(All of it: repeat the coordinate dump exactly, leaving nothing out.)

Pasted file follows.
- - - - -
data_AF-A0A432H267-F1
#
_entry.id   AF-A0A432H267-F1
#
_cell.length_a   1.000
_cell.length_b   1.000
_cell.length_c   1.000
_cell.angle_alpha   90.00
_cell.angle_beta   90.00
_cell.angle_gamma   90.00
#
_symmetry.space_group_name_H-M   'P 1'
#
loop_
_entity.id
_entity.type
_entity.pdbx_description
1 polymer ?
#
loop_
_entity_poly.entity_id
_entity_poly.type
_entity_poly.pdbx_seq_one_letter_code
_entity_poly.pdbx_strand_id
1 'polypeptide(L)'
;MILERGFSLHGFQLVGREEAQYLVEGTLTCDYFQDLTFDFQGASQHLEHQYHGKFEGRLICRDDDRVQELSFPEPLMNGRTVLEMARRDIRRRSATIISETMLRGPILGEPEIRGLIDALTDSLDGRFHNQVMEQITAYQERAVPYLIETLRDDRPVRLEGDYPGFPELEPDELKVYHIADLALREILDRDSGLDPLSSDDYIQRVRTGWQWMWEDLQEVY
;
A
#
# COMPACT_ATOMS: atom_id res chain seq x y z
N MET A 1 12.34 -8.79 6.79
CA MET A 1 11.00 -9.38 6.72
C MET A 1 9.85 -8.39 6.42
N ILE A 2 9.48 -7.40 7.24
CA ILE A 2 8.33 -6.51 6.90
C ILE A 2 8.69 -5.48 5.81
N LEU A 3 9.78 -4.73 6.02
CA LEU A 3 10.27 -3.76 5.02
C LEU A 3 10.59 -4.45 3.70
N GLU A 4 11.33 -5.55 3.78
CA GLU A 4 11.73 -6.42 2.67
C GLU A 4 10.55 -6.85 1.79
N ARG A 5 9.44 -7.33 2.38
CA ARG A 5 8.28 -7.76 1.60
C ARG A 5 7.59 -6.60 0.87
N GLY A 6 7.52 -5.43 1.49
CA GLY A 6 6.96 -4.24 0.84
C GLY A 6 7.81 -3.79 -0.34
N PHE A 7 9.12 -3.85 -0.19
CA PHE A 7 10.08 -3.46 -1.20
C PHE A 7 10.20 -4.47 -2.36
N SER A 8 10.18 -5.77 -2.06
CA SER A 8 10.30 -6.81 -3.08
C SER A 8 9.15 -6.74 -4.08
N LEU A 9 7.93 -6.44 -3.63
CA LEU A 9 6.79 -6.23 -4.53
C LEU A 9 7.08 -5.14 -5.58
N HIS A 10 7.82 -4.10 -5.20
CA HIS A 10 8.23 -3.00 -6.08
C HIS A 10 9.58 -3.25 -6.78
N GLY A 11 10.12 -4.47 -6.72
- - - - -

data_AF-A0A432H267-F1
#
_entry.id   AF-A0A432H267-F1
#
_cell.length_a   1.000
_cell.length_b   1.000
_cell.length_c   1.000
_cell.angle_alpha   90.00
_cell.angle_beta   90.00
_cell.angle_gamma   90.00
#
_symmetry.space_group_name_H-M   'P 1'
#
loop_
_entity.id
_entity.type
_entity.pdbx_description
1 polymer ?
#
loop_
_entity_poly.entity_id
_entity_poly.type
_entity_poly.pdbx_seq_one_letter_code
_entity_poly.pdbx_strand_id
1 'polypeptide(L)'
;MILERGFSLHGFQLVGREEAQYLVEGTLTCDYFQDLTFDFQGASQHLEHQYHGKFEGRLICRDDDRVQELSFPEPLMNGRTVLEMARRDIRRRSATIISETMLRGPILGEPEIRGLIDALTDSLDGRFHNQVMEQITAYQERAVPYLIETLRDDRPVRLEGDYPGFPELEPDELKVYHIADLALREILDRDSGLDPLSSDDYIQRVRTGWQWMWEDLQEVY
;
A
#
# COMPACT_ATOMS: atom_id res chain seq x y z
N MET A 1 12.34 -8.79 6.79
CA MET A 1 11.00 -9.38 6.72
C MET A 1 9.85 -8.39 6.42
N ILE A 2 9.48 -7.40 7.24
CA ILE A 2 8.33 -6.51 6.90
C ILE A 2 8.69 -5.48 5.81
N LEU A 3 9.78 -4.73 6.02
CA LEU A 3 10.27 -3.76 5.02
C LEU A 3 10.59 -4.45 3.70
N GLU A 4 11.33 -5.55 3.78
CA GLU A 4 11.73 -6.42 2.67
C GLU A 4 10.55 -6.85 1.79
N ARG A 5 9.44 -7.33 2.38
CA ARG A 5 8.28 -7.76 1.60
C ARG A 5 7.59 -6.60 0.87
N GLY A 6 7.52 -5.43 1.49
CA GLY A 6 6.96 -4.24 0.84
C GLY A 6 7.81 -3.79 -0.34
N PHE A 7 9.12 -3.85 -0.19
CA PHE A 7 10.08 -3.46 -1.20
C PHE A 7 10.20 -4.47 -2.36
N SER A 8 10.18 -5.77 -2.06
CA SER A 8 10.30 -6.81 -3.08
C SER A 8 9.15 -6.74 -4.08
N LEU A 9 7.93 -6.44 -3.63
CA LEU A 9 6.79 -6.23 -4.53
C LEU A 9 7.08 -5.14 -5.58
N HIS A 10 7.82 -4.10 -5.20
CA HIS A 10 8.23 -3.00 -6.08
C HIS A 10 9.58 -3.25 -6.78
N GLY A 11 10.12 -4.47 -6.72